Financial Planning

Rising Rail Fares: Is There a Way to Cut Costs?

Rising Rail Fares: Is There a Way to Cut Costs?

Few things are as frustrating at the moment for commuters than the recent announcement that railway fares have risen by 3.2% from 2nd January 2019.

This rise is due to the fact that railway fares – along with other fares regulated by the government (e.g. season tickets) – are linked to the retail prices index (RPI). Since inflation stood at 3.2% in July 2018, this is the percentage increase also applies to rail fares.

Britain already faces the highest rail fares in Europe. UK prices currently stand at around 50p per mile, whilst in France, the price stands at 31p. In Germany it is 19p, whilst for Italy and Poland, the costs are 15p and 9p respectively.

Naturally, the rise in fares has caused a lot of anger and worry for people who already face high commuting costs. In 2004, for instance, a rail ticket for the month would have cost around £200 but today it stands at over £350 due to the RPI factor.

Given this state of affairs, is there anything that you can do to reduce costs on your rail fares? Here are some options you might want to consider.


#1 Investigate slower routes

Different rail services often use the same route but might offer a slower journey. By choosing the latter instead of the faster option, you can sometimes find some decent savings.

For instance, we conducted one search and found that one service (no stops) offered just shy of £20 for a single anytime fare from London Victoria and Gatwick Airport. However, another service with a handful of stops on the way offered the same journey for just over £16.


#2 Jump on railcards

A range of railcards currently exist for people to take advantage of, and these really can often be worth the investment. For instance, the 16-25 Railcard is £30 for the year and will deliver over 30% off a range of railway fares including single, return and advance. The 26-30 Railcard is also set to offer very similar savings to those in this age bracket.

So if your usual monthly rail fare without one of these railcards is around £350, then buying one would mean that your ticket for the month would actually be closer to £230. When you factor in both the cost of the ticket and the railcard, you have already saved about £90.

When you look at this across several months or even for the year, it quickly becomes clear that a railcard can save you hundreds of pounds. Maybe even over a thousand.

Other railcards exist for people who fall outside of the 16-25 age bracket. The Two Together Railcard, for instance, also costs about £30 to cover 12 months but gives you around 33% off advance, off-peak and anytime fares. The conditions are that the tickets must be bought for two people travelling together, and you must travel after 9:30 am on weekdays.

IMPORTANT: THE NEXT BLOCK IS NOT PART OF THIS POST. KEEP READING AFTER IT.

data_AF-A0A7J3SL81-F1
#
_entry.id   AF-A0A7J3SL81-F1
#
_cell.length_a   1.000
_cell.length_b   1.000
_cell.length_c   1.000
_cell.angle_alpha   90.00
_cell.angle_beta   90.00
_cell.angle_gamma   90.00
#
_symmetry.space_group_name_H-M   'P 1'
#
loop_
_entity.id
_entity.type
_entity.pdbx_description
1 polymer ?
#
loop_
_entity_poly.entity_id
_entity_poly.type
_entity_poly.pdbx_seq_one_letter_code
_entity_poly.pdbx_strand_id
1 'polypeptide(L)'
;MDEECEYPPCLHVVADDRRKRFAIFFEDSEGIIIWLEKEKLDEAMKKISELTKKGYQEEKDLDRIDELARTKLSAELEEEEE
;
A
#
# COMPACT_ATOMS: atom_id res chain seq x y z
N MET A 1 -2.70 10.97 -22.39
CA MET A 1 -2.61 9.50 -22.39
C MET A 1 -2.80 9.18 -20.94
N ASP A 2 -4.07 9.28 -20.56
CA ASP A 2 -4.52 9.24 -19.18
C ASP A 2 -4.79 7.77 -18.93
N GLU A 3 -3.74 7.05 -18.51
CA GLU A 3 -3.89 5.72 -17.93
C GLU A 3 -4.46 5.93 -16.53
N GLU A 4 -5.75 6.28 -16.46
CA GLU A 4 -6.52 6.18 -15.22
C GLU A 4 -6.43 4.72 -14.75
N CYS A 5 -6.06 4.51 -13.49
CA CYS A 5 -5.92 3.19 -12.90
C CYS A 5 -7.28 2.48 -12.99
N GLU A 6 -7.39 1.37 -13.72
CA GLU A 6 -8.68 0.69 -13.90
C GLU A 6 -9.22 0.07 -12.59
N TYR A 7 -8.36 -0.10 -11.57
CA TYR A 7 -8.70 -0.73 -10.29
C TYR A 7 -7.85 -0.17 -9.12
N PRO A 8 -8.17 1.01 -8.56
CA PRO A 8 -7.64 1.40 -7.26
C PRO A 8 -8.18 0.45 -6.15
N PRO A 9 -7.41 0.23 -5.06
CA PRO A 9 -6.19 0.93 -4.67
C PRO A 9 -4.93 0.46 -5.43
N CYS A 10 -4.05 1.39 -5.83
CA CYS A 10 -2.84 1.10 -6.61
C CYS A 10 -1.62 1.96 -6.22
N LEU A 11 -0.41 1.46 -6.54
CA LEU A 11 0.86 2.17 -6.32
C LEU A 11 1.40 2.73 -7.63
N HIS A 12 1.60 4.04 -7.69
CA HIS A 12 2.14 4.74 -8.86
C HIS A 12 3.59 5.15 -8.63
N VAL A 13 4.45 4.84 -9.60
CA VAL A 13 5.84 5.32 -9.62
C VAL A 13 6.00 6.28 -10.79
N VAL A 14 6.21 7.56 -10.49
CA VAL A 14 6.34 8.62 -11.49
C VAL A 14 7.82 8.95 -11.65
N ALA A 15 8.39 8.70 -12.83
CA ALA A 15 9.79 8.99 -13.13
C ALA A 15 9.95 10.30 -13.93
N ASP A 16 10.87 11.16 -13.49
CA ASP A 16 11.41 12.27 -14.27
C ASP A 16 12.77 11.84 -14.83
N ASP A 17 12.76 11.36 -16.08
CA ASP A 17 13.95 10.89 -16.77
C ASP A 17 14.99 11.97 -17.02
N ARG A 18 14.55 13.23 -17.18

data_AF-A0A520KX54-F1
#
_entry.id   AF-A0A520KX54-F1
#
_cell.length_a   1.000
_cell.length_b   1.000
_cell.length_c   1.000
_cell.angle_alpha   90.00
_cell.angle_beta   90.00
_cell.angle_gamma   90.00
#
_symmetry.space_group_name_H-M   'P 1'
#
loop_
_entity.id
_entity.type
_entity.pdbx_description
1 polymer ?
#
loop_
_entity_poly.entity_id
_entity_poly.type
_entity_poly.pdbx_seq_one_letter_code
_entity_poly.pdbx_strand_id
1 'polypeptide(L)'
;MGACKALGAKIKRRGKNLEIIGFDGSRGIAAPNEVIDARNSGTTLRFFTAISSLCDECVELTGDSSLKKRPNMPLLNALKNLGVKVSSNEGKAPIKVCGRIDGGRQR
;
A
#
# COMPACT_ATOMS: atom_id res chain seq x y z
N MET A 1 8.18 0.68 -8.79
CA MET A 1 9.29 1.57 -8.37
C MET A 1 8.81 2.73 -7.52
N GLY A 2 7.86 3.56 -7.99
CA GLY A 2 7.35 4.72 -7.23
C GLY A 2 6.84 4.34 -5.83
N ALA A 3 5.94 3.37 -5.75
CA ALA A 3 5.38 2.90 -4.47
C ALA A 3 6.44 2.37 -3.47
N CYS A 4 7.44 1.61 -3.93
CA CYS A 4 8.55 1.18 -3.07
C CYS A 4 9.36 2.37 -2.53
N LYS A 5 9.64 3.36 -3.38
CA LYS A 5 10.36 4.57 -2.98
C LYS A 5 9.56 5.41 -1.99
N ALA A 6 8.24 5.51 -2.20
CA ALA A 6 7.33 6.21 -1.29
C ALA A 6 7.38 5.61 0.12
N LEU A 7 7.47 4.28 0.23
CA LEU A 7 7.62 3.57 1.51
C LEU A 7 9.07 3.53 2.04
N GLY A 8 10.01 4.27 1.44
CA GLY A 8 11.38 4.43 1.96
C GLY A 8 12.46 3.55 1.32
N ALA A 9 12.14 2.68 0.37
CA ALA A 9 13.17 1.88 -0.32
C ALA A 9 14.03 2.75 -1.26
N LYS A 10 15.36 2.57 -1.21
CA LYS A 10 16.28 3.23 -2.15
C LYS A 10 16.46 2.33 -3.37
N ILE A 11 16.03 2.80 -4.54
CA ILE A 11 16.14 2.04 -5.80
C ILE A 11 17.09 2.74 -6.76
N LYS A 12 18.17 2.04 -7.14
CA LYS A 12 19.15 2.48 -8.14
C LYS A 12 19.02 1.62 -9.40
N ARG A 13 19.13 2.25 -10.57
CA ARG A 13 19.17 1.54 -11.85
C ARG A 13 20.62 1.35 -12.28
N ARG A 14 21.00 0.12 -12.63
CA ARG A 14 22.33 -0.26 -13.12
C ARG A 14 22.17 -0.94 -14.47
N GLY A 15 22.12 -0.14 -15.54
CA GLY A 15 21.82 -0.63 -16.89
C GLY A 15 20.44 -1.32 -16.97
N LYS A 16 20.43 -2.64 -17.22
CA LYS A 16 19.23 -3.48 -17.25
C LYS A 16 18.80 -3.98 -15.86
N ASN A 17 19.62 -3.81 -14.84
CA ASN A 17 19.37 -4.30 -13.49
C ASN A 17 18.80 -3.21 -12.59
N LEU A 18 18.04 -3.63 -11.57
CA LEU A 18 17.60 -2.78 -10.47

Some other options to be aware of include the Senior, Family & Friends, HM Forces and Disabled Persons railcards. These provide some savings to account holders, but savings do not usually apply to season tickets.


#3 Hunt for deals

With the proliferation of the internet, it is now arguably easier to buy rail tickets today than at any other time in history. You simply go online, type your journey into the search bar, and select from a range of options that come up.

The trouble is, certain websites, platforms and apps will charge more for certain journeys and tickets. So hunting around for a good deal can offer a good route to make some decent savings on your rail fare.

For instance, one website we found will add £2 to the total cost of your journey – that is, £1 for the booking fee and another £1 to post the tickets to you. Another, widely-used ticketing site will charge £1.50 depending on whether you use their app or website.

On the other hand, if you book tickets directly on the service provider’s website you can often save money on these areas. Moreover, when you go directly to the websites of train firms you can sometimes find discounts and sales on tickets which are not available through other sites.


#4 Look at splitting your ticket

The bizarre and complex state of our railway system is perhaps best encapsulated by this odd fact: it is often cheaper to buy the constituent parts of your train journey, rather than a ticket for the entire trip.

Buying individual tickets for each stage of your journey does not necessarily mean that you need to switch trains, either. For instance, suppose you are going from London to Durham. If the train stops at York, you might save money if you buy a ticket from London to York as well as a separate ticket from York to Durham, instead of a single ticket for the whole trip!

The tricky part of all this is knowing how to find the areas where, and when, this tactic works. Of course, you can try sifting through different tickets and service providers one by one in an attempt to find the best deals, but this is likely to get tiresome and take up a lot of time.

Instead, consider trying a tool like TrainSplit or TicketClever to do your research. However, rather than buying through these websites (which can factor in some of your fare savings into their costs), consider buying the ticket(s) directly through the train provider’s website once you’ve found a decent deal.

Posted on
Posted in Financial Planning